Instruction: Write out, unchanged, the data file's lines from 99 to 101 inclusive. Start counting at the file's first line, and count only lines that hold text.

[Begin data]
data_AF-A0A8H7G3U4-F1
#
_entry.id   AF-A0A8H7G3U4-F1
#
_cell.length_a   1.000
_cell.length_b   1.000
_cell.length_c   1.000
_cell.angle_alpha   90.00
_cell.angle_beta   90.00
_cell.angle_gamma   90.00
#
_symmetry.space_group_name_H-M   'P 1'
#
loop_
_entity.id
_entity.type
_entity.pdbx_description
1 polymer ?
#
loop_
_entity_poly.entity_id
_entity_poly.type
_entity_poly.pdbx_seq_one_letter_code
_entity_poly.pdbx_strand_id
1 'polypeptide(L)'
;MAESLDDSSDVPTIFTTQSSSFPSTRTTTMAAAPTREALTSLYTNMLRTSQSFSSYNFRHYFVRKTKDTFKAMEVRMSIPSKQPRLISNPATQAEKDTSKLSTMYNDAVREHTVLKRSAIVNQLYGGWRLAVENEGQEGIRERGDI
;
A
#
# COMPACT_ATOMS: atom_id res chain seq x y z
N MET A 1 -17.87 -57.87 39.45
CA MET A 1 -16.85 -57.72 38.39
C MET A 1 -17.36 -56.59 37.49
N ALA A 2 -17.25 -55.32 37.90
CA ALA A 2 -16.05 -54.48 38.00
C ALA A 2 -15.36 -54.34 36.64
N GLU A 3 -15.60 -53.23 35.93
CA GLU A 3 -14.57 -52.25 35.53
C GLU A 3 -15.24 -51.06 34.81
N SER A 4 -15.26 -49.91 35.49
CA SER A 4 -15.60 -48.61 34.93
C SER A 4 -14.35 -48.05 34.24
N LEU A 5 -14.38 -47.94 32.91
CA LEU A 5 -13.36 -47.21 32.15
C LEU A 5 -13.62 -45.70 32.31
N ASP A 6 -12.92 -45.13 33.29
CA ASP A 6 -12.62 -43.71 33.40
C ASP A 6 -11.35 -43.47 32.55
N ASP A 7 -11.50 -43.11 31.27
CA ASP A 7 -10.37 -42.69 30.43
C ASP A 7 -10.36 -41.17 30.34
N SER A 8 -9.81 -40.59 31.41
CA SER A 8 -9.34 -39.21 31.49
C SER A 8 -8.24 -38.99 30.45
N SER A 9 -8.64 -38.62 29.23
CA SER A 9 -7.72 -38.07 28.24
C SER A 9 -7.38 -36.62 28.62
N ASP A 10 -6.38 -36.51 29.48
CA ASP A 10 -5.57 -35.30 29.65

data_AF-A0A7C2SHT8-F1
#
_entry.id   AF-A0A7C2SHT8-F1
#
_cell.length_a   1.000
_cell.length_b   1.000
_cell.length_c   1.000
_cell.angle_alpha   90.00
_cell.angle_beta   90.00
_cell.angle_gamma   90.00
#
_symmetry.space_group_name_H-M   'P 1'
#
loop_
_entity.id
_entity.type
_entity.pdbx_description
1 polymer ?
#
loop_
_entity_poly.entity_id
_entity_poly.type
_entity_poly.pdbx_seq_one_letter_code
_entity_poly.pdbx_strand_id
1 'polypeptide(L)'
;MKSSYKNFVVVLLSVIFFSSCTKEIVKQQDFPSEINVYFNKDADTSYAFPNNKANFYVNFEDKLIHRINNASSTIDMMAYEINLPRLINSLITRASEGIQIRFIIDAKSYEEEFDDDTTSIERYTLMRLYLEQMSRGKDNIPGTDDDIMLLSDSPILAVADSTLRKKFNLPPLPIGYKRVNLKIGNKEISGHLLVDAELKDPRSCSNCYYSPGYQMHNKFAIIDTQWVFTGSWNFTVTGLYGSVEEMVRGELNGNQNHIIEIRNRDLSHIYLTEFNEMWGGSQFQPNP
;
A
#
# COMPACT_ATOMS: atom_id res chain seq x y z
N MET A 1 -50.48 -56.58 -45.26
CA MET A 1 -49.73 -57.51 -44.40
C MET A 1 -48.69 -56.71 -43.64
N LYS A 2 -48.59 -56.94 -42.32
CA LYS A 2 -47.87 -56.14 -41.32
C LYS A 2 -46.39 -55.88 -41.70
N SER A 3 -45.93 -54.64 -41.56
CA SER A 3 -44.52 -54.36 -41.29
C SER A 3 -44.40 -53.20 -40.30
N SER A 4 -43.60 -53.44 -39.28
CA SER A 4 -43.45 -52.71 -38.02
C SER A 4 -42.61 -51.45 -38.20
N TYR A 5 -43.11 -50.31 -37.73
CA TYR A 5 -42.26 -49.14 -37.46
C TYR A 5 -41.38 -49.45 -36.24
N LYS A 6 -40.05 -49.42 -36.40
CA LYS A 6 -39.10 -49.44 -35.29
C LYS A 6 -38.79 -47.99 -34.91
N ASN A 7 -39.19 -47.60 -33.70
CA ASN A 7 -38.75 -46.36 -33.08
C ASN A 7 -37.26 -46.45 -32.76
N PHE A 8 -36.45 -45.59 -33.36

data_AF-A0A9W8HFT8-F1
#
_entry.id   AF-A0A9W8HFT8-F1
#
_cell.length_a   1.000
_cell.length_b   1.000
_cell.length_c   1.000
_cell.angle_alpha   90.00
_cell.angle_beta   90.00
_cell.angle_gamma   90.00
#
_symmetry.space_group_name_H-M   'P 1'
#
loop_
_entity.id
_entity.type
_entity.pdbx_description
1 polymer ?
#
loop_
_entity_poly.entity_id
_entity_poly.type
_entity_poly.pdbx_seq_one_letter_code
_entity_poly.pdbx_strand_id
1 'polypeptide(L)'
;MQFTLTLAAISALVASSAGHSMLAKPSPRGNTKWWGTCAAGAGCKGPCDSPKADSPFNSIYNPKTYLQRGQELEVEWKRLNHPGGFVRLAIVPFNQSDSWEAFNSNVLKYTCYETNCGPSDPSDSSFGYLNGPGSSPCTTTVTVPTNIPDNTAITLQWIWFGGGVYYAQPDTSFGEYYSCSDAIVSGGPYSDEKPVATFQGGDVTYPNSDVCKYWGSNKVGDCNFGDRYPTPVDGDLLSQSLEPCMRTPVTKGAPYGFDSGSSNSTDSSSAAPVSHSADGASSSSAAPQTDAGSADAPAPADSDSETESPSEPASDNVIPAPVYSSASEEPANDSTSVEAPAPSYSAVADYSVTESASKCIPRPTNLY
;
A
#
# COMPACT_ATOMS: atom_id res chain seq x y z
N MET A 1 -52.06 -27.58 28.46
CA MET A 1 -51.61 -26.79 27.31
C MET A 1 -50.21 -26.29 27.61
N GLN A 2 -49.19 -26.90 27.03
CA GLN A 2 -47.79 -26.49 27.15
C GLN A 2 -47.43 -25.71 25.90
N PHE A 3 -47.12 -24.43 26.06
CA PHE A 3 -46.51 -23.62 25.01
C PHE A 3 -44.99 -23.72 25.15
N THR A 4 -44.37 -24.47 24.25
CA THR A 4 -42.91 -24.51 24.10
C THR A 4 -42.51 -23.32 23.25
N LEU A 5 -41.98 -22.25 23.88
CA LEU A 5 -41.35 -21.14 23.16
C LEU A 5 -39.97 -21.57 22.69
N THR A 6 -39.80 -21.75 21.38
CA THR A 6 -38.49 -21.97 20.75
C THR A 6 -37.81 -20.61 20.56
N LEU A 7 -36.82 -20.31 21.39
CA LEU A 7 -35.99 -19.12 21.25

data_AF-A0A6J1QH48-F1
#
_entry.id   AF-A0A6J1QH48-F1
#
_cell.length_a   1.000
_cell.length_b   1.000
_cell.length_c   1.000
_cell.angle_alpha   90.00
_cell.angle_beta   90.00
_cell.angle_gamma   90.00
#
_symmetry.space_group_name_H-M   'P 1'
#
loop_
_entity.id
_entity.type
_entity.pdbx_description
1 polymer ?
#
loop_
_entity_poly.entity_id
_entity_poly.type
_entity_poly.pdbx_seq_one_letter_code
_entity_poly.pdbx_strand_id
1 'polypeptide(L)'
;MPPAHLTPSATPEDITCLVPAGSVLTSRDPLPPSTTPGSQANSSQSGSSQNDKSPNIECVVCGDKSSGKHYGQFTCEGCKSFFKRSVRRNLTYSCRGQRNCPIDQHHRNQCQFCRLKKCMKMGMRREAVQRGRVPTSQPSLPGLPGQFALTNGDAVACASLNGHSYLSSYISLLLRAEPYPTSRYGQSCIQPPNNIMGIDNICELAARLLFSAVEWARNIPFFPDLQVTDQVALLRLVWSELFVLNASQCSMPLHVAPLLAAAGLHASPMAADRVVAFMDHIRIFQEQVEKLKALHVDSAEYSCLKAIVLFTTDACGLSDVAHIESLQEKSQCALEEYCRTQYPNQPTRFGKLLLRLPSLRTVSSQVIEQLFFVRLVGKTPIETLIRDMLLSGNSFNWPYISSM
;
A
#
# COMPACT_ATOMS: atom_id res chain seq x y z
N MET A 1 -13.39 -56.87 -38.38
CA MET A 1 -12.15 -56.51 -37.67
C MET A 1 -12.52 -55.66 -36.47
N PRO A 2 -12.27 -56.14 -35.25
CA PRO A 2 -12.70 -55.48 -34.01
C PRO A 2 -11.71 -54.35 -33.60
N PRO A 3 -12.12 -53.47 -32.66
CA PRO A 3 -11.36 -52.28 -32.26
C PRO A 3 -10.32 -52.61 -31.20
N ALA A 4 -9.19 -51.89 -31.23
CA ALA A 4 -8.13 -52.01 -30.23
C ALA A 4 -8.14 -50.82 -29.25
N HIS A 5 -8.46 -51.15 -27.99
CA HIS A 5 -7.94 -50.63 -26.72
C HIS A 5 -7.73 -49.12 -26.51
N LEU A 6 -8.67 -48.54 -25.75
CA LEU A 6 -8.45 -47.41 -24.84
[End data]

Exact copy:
N SER A 4 -43.60 -53.44 -39.28
CA SER A 4 -43.45 -52.71 -38.02
C SER A 4 -42.61 -51.45 -38.20